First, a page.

Court jails young Russians for ‘plotting to overthrow Putin’
A Moscow court on Thursday sentenced three young activists to long jail terms for plotting to overthrow President Vladimir Putin in a case that has sparked protests and allegations of police overreach.
In 2018, authorities detained 10 people accusing them of belonging to an anarchist cell called the “New Greatness” that was plotting an uprising against the government.
The group’s supporters say the case was fabricated by the FSB security service and that agents infiltrated the group, financed operations and coerced its members into renting office space and creating a charter.
Prominent Russian rights group Memorial has pronounced the young men and women political prisoners.
A judge in a Moscow court sentenced 27-year-old Ruslan Kostylenkov to seven years in a penal colony, 34-year-old Pyotr Karamzin to 6.5 years and 22-year-old Vyacheslav Kryukov to six years for creating an extremist group.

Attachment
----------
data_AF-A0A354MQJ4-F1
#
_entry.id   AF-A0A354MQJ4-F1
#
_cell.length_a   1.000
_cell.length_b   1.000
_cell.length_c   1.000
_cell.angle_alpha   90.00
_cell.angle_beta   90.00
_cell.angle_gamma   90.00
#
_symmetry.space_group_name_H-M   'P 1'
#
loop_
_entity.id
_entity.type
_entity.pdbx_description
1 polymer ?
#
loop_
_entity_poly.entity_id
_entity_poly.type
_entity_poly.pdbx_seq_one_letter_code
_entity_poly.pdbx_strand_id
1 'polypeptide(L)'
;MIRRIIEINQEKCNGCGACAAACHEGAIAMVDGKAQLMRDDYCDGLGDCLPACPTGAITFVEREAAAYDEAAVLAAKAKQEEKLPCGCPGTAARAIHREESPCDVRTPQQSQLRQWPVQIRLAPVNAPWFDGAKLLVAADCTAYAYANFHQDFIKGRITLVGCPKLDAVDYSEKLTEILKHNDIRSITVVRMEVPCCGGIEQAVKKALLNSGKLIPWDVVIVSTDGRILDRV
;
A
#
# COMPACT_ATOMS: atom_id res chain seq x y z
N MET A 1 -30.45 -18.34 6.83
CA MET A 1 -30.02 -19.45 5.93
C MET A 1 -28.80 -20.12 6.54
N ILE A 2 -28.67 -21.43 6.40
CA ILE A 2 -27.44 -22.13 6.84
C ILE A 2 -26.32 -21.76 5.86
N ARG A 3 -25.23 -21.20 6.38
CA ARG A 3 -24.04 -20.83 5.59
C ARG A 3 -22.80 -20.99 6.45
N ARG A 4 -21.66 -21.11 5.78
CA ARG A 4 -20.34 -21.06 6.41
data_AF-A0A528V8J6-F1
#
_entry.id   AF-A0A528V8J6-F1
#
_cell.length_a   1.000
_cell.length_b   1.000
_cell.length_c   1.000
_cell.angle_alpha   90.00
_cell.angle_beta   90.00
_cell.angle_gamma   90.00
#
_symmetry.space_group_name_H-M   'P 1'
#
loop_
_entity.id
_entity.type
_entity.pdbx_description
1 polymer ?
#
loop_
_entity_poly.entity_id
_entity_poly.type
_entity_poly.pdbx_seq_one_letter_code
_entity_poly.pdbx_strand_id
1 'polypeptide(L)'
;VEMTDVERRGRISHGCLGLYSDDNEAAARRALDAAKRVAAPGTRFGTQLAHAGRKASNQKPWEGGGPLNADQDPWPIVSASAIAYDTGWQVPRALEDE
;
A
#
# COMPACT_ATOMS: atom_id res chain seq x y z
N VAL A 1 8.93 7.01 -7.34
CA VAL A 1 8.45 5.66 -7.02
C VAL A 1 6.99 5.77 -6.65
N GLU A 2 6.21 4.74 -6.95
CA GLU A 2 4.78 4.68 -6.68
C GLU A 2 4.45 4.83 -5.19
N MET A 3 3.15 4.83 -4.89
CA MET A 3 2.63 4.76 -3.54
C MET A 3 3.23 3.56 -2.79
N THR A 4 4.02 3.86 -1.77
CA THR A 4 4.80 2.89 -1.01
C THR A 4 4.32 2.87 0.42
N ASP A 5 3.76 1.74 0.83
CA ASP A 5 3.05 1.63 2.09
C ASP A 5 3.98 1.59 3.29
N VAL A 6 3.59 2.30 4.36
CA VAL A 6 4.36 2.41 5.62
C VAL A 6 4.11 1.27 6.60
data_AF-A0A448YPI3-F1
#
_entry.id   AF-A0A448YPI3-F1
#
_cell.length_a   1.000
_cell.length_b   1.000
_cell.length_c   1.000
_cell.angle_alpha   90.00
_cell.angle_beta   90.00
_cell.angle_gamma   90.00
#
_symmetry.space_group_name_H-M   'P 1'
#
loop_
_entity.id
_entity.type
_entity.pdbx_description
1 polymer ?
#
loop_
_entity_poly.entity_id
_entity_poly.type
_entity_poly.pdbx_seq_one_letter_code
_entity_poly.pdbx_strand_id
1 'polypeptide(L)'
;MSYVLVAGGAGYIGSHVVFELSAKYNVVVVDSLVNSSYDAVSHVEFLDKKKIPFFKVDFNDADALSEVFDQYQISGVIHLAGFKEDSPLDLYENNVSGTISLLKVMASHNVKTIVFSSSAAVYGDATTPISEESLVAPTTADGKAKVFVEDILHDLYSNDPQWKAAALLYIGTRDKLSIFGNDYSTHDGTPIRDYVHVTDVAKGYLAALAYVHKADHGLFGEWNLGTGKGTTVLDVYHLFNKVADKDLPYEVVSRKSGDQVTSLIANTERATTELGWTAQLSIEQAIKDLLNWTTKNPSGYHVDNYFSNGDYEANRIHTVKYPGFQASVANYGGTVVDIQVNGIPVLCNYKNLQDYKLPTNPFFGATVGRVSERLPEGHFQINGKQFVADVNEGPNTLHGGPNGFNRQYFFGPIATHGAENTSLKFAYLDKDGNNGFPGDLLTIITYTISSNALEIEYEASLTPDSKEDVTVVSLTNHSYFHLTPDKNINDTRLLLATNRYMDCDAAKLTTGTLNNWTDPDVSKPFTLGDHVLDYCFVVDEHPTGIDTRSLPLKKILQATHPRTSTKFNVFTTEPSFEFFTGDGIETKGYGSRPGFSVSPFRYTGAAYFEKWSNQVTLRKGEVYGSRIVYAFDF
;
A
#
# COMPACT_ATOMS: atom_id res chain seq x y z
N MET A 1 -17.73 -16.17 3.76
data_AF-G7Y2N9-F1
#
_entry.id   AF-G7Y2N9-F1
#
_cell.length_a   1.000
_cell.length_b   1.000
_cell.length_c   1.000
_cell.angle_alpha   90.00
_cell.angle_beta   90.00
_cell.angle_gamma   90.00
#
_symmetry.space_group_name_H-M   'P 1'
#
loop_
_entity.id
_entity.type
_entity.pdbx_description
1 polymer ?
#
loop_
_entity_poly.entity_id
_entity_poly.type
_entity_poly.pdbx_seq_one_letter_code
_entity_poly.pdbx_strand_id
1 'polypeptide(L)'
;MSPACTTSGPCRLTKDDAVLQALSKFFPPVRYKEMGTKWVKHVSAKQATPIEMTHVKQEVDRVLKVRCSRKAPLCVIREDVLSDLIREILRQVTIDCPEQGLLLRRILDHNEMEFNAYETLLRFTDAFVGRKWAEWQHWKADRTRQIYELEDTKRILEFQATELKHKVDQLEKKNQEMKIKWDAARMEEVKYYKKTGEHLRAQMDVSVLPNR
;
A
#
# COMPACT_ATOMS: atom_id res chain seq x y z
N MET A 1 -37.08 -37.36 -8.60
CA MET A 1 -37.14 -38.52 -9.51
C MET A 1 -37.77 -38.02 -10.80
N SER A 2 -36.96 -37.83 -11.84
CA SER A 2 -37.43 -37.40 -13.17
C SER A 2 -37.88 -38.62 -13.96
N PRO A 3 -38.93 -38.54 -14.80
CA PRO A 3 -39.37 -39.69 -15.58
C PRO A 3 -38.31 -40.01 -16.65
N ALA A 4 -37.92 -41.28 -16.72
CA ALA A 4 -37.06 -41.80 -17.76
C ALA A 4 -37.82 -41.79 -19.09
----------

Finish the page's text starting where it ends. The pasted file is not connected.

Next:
All three had been in pre-trial detention since March 2018.
Four others received suspended sentences of 4 to 6.5 years on the same charge, according to an AFP journalist in the courtroom.
Police arrested at least three people outside the court protesting against the trial. One protestor dressed a police uniform cut the throat of a mannequin before being wrestled to the ground by police.
“We all know that an illegal act is being committed in this court,” the demonstrator shouted. “We all know that the state only wants blood.”
The ruling comes as critics of Putin cry foul over an increasing number of high-profile terror and treason cases deemed to be politically motivated by activists and human rights monitors.
In February, seven young anarchists and anti-fascists were sentenced to between six and 18 years in prison on terror and other charges after saying they were tortured in custody.
The FSB security services detained a respected ex-journalist Ivan Safronov last month on treason charges, while another journalist, Svetlana Prokopyeva, was found guilty of justifying terrorism.
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